This information should not, however, be positioned as a scare tactic, as such scaremongering runs the risk of backfiring with Americans.   

Instead, marketers should focus on how climate change impacts the collective American experience, namely, the opportunity that this nation provides for a better life for us and our children and our children’s children.  Images of Americans struggling to succeed despite adversity generate powerful emotions.  Americans have almost a visceral response when this American experience seems compromised or threatened.   

Green marketers should tap into this emotion with messaging and images that connect global warming with the fight to preserve this American experience:  The struggling farmer, burdened by debt from failed crops over the past few years, plants seeds in the spring in the hopes of a bountiful harvest this year.   The firefighter that overcomes exhaustion to save another home while battling brush fires that come with more frequency and intensity.  The ski resort owner struggling to stay afloat as the ski season shortens.    

Such a campaign should honor each of these Americans for the good fight that they are fighting to preserve their way of life, but message that it is an uphill battle for each without action on global warming.   

Learning from Past Campaigns: Live 8 Concert 

Once Americans make the connection between global warming and the preservation of the American experience, marketers need to motivate Americans to take action to mitigate global warming’s impact.  Understanding how to motivate Americans to take action is critical.  For example, Warren Buffett once gave advice to rock singer Bono on how to promote the Live 8 concert (intended to pressure G-8 leaders to forgive debt and increase aid to Africa) in the US.  Buffett said, “Don’t appeal to the conscience of America. Appeal to the greatness of America, and you’ll get the job done.”  (Time Magazine, June 19, 2005)  

The case of global warming is no different.  To appeal to America’s sense of greatness requires marketers to create a platform that incorporates three key dimensions: 

Set a clear direction and purpose: As vanguards of freedom and liberty, Americans want to be reassured that they are moving in the right direction and operating on the right side of history.  Today, many Americans are frustrated by inaction and concerned that our stance on climate change may be on wrong side.  Americans want a leader to be bold and advocate for action on issues like climate change simply because it is the right thing to do.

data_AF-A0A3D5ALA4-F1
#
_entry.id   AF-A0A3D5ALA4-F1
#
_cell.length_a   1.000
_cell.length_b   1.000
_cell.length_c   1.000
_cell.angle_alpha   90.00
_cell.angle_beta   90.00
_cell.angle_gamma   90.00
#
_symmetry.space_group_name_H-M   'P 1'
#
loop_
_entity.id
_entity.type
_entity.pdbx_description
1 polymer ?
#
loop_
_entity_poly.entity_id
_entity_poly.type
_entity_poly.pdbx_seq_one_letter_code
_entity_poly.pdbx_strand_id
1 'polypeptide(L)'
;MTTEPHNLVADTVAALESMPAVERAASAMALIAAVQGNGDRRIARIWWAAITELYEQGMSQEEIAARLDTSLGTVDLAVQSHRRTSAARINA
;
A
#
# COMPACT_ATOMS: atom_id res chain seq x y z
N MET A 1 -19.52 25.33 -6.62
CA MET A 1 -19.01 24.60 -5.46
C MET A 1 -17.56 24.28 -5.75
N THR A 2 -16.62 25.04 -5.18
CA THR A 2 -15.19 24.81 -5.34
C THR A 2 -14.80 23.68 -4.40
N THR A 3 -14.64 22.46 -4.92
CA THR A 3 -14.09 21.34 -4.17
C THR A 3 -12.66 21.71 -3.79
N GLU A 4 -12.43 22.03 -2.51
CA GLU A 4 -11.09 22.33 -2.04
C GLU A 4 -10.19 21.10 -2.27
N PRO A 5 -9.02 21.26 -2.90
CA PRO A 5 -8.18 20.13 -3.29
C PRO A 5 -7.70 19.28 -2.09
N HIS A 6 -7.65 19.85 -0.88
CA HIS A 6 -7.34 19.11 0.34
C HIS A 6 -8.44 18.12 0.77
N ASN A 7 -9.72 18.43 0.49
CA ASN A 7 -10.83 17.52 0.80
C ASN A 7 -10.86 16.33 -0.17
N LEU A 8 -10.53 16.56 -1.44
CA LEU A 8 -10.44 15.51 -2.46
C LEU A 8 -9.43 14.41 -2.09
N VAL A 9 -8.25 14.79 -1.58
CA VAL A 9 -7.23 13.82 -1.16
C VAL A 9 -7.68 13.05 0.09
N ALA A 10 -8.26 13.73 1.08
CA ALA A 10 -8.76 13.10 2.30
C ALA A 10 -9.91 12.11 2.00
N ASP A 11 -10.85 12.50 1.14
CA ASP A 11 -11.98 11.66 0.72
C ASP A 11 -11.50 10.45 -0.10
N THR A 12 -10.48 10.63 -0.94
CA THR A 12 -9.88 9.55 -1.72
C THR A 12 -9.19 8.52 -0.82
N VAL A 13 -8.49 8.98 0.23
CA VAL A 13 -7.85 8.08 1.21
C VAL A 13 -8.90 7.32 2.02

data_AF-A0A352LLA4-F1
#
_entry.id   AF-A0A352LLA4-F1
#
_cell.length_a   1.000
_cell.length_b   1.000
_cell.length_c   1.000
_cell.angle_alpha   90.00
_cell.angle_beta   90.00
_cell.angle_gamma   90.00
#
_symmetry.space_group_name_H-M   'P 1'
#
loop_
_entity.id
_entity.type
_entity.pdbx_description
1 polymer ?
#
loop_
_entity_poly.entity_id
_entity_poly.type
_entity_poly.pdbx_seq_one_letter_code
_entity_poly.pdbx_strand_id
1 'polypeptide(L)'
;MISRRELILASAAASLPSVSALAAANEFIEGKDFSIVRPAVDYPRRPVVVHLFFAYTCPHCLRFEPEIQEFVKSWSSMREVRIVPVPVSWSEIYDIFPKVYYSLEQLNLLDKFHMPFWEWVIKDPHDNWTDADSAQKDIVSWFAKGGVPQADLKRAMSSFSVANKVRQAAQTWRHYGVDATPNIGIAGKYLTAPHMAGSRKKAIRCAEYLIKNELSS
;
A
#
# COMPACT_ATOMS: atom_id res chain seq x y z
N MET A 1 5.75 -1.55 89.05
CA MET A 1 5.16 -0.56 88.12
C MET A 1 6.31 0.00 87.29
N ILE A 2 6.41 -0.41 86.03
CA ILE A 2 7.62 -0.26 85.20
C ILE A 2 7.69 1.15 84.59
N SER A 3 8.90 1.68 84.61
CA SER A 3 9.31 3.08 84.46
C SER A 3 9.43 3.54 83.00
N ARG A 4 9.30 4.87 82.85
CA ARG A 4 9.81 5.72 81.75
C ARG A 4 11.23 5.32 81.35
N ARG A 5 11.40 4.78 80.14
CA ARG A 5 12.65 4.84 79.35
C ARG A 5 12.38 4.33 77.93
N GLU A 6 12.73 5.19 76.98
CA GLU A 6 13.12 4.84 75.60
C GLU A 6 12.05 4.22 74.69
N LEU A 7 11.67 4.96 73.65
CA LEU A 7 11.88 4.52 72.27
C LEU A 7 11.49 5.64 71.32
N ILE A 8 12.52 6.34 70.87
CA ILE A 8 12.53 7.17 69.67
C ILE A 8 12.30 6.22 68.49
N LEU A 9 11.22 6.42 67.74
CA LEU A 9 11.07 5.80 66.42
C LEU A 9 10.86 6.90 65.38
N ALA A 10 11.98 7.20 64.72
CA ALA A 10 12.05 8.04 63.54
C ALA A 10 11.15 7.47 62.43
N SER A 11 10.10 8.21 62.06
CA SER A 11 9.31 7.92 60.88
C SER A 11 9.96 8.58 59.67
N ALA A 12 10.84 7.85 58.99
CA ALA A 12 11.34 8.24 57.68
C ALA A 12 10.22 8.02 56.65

Leverage an aspirational message:  We want to be a part of something bigger than ourselves.   If Marketing Green is critical of anything about the Live Earth concert, it is that its producers urged concertgoers and viewers to think small; the concert’s anthem seemed to say that through small acts we will all make a difference.  While this is true and a necessary starting point, it is simply hard to capture people’s imagination when focused on something as mundane as changing light bulbs. 

Alternatively, what is needed is to set a higher bar for your target audience.  Every American generation has faced adversity and risen to the occasion when challenged to do so, whether it be war or a space race.  Americans respond to leaders that set extraordinary goals.  They are up to the challenge. 

Exploit our fascination with industrial and technological achievement: Americans believe, perhaps some what incorrectly, that technology will fix or mitigate our global warming issue without a major change in our lifestyle.  Marketers should capitalize on this by providing examples of what we should be striving for. 

How about a new transmission ‘highway’ that brings windpower from the Plains states to cities like Chicago so that electric cars that plug into the grid can be powered (carbon free) at night? Or, how about a ‘hydrogen highway’ that provides fueling stations for cars powered by fuel cells from Baha to Alaska?  What about paper-thin solar cells that can be affixed to anything for cheap?  Or perhaps geothermal energy that taps the natural heating and cooling power of the earth under your house?  Provide a grand vision and Americans will reach to achieve it. 

So, green marketers, it is time to launch a national campaign to change American attitudes toward global warming and to translate this sentiment into substantive action.  Help Americans make a connection to global warming, not out of fear, but rather by associating it with those living the American experience, struggling to preserve what they have as climate change takes its toll.  Think big and expect great things from Americans.  They will put their hearts and minds and collective spirit together to realize them.